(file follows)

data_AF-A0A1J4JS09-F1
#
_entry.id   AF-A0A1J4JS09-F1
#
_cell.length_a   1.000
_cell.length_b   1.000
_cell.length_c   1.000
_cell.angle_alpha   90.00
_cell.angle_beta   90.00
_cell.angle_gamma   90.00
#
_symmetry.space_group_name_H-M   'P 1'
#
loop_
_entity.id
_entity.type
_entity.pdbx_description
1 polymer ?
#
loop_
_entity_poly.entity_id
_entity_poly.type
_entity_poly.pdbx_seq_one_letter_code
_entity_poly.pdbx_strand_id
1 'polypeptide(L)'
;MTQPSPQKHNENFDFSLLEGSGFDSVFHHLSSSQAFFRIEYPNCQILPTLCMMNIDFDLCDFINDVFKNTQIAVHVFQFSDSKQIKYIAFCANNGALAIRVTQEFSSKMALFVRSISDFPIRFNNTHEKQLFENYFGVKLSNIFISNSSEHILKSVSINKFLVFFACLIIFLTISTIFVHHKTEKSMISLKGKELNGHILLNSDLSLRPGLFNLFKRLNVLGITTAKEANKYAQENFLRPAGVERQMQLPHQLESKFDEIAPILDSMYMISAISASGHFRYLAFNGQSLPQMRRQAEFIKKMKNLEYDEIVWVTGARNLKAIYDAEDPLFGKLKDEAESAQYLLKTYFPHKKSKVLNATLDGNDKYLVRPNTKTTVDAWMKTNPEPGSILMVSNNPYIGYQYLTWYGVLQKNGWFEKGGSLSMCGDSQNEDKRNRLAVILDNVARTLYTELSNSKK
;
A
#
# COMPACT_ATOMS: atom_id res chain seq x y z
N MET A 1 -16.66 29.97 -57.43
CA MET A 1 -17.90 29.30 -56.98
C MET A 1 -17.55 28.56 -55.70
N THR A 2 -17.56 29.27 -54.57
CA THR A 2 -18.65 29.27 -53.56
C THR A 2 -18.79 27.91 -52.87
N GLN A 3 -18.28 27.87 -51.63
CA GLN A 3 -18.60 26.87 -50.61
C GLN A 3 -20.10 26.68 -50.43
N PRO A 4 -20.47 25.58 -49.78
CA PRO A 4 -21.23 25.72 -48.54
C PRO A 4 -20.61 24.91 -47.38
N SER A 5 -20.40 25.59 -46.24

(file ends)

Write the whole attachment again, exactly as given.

data_AF-A0A1J4JS09-F1
#
_entry.id   AF-A0A1J4JS09-F1
#
_cell.length_a   1.000
_cell.length_b   1.000
_cell.length_c   1.000
_cell.angle_alpha   90.00
_cell.angle_beta   90.00
_cell.angle_gamma   90.00
#
_symmetry.space_group_name_H-M   'P 1'
#
loop_
_entity.id
_entity.type
_entity.pdbx_description
1 polymer ?
#
loop_
_entity_poly.entity_id
_entity_poly.type
_entity_poly.pdbx_seq_one_letter_code
_entity_poly.pdbx_strand_id
1 'polypeptide(L)'
;MTQPSPQKHNENFDFSLLEGSGFDSVFHHLSSSQAFFRIEYPNCQILPTLCMMNIDFDLCDFINDVFKNTQIAVHVFQFSDSKQIKYIAFCANNGALAIRVTQEFSSKMALFVRSISDFPIRFNNTHEKQLFENYFGVKLSNIFISNSSEHILKSVSINKFLVFFACLIIFLTISTIFVHHKTEKSMISLKGKELNGHILLNSDLSLRPGLFNLFKRLNVLGITTAKEANKYAQENFLRPAGVERQMQLPHQLESKFDEIAPILDSMYMISAISASGHFRYLAFNGQSLPQMRRQAEFIKKMKNLEYDEIVWVTGARNLKAIYDAEDPLFGKLKDEAESAQYLLKTYFPHKKSKVLNATLDGNDKYLVRPNTKTTVDAWMKTNPEPGSILMVSNNPYIGYQYLTWYGVLQKNGWFEKGGSLSMCGDSQNEDKRNRLAVILDNVARTLYTELSNSKK
;
A
#
# COMPACT_ATOMS: atom_id res chain seq x y z
N MET A 1 -16.66 29.97 -57.43
CA MET A 1 -17.90 29.30 -56.98
C MET A 1 -17.55 28.56 -55.70
N THR A 2 -17.56 29.27 -54.57
CA THR A 2 -18.65 29.27 -53.56
C THR A 2 -18.79 27.91 -52.87
N GLN A 3 -18.28 27.87 -51.63
CA GLN A 3 -18.60 26.87 -50.61
C GLN A 3 -20.10 26.68 -50.43
N PRO A 4 -20.47 25.58 -49.78
CA PRO A 4 -21.23 25.72 -48.54
C PRO A 4 -20.61 24.91 -47.38
N SER A 5 -20.40 25.59 -46.24